So... I wouldn't worry too much about what CALLSTK$ shows.. I'd worry about how my procedures interpret the passed data.

    Leave a comment:


  • Todd Wasson
    started a topic Bizarre bug

    Bizarre bug

    I'm working on a DLL using PBWin 8 that is called by a video game written in C++. We have a bizarre problem that I'm desperately trying to fix.

    The DLL has a function:

    Code:
    FUNCTION ENG_SetEngineParameter ALIAS "ENG_SetEngineParameter" (BYVAL Constant AS LONG, BYVAL FloatValue AS SINGLE) EXPORT AS LONG
    It is called with Constant = 0, 1, 2, 3, etc., through 43, each with a different FloatValue (SINGLE). The first time we run through this everything is fine. I use CALLSTK$ and also have a separate debugging macro after that that outputs this data to a text file like this:

    Code:
    '//First text output
    DebugOutput(CALLSTK$(1))
    
    '//Second text output
    TEXT$ = STR$(Constant) + STR$(FloatValue)
    DebugOutput(TEXT$)
    The first time around that we call this set of functions the debugging output for the first few lines looks like this:

    Code:
     0 20000
    ENG_SetEngineParameter([b]1[/b],45000)
    [b]1[/b] 45000
    ENG_SetEngineParameter(2,1000)
     2 1000
    ENG_SetEngineParameter(3,4)
     3 4
    ENG_SetEngineParameter(4,54)
     4 54
    ENG_SetEngineParameter(5,13.8000001907349)
     5 13.8
    ENG_SetEngineParameter(6,14)
     6 14
    ENG_SetEngineParameter(7,8.5)
     7 8.5
    ENG_SetEngineParameter(8,26.3999996185303)
     8 26.4
    .
    .
    .
    ENG_SetEngineParameter(28,[b]1[/b])
     28 [b]1[/b]
    ENG_SetEngineParameter(29,[b]1[/b])
     29 [b]1[/b]
    Question 1) Why is CALLSTK$ showing a number that is not the same as what STR$() shows? When we look in the C++ debugger it is sending for example 13.8, not 13.8000001907349. This question is merely a technical curiosity on my part. This discrepency does not hurt the program at all and we can live with it.

    The real problem that has me in dire straights at the moment is that the second time we call this same sequence of function calls with identical values, the output suddenly changes to this:

    Code:
     0 20000
    ENG_SetEngineParameter([b]9.99999984306749[/b],44999.9975758168)
    [b] 9.99999984306749 [/b]45000
    ENG_SetEngineParameter(1.9999999686135,999.999984306749)
     1.9999999686135 1000
    ENG_SetEngineParameter(2.99999995292025,3.999999937227)
     2.99999995292025 4
    ENG_SetEngineParameter(3.999999937227,54.0000019013435)
     3.999999937227 54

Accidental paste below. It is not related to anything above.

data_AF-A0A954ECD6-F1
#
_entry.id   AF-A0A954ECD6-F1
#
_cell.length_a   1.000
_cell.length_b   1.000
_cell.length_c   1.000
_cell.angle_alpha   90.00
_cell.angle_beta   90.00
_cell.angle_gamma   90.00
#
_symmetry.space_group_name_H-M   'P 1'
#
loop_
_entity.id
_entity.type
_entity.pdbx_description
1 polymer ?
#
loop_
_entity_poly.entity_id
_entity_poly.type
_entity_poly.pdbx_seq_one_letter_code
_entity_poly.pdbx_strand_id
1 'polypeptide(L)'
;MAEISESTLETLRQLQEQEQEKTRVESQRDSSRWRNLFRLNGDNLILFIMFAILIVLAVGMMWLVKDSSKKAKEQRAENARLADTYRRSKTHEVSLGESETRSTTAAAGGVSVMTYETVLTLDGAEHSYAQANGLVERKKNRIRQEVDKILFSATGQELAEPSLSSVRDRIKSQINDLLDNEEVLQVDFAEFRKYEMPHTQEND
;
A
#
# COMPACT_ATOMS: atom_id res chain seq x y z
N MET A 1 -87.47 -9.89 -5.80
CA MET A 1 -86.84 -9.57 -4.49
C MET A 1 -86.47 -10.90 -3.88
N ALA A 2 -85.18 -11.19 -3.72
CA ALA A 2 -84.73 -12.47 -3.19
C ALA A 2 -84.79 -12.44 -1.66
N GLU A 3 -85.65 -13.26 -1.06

ENG_SetEngineParameter(4.99999992153375,13.7999996459942)
     4.99999992153375 13.8
    ENG_SetEngineParameter(5.9999999058405,13.9999990930997)
     5.9999999058405 14
    ENG_SetEngineParameter(6.99999954654986,8.50000003840606)
     6.99999954654986 8.5
    ENG_SetEngineParameter(7.999999874454,26.4000008913682)
     7.999999874454 26.4
    .
    .
    .
    ENG_SetEngineParameter(28.0000016221733,[b]9.99999984306749[/b])
     28.0000016221733 [b]10[/b]
    ENG_SetEngineParameter(29.0000005756879,[b]9.99999984306749[/b])
     29.0000005756879 [b]10[/b]
    Question 2) Why are the integers showing up as floating point values suddenly the second time we do this? CALLSTK$ and STR$ are both showing the same this time around.

    Question 3) The biggest problem we have (the one that crashes the game) are the bold 1 and 10 values. Why does prefix = 1 suddenly become almost 10 as follows, for instance?

    Code:
    ENG_SetEngineParameter(9.99999984306749,44999.9975758168)
     9.99999984306749 45000
    And why does the following:
    Code:
    ENG_SetEngineParameter(28,[b]1[/b])
     28 [b]1[/b]
    ENG_SetEngineParameter(29,[b]1[/b])
     29 [b]1[/b]
    Suddenly become:

    Code:
    ENG_SetEngineParameter(28.0000016221733,[b]9.99999984306749[/b])
     28.0000016221733 [b]10[/b]
    ENG_SetEngineParameter(29.0000005756879,[b]9.99999984306749[/b])
     29.0000005756879 [b]10[/b]
    How can the ones become tens or 9.99999984306749 and so forth?

    We have checked this thoroughly through the C++ debugger (I'm in the office now with the C++ team) and the VC++ debugger shows that it is sending the correct values. Yet somehow the DLL is receiving garbage on the second set of calls.

    Even more mysterious, when we call this set for a third, fourth, fifth, tenth, etc., time, it reverts back to what we have on the very first call. I don't care if CALLSTK$ shows something different from STR$ there. The way it works on the first call (and third, fourth, etc.) is correct enough for us. The problem is call #2.

    Any ideas or suggestions on how to track this problem down? I'm completely lost...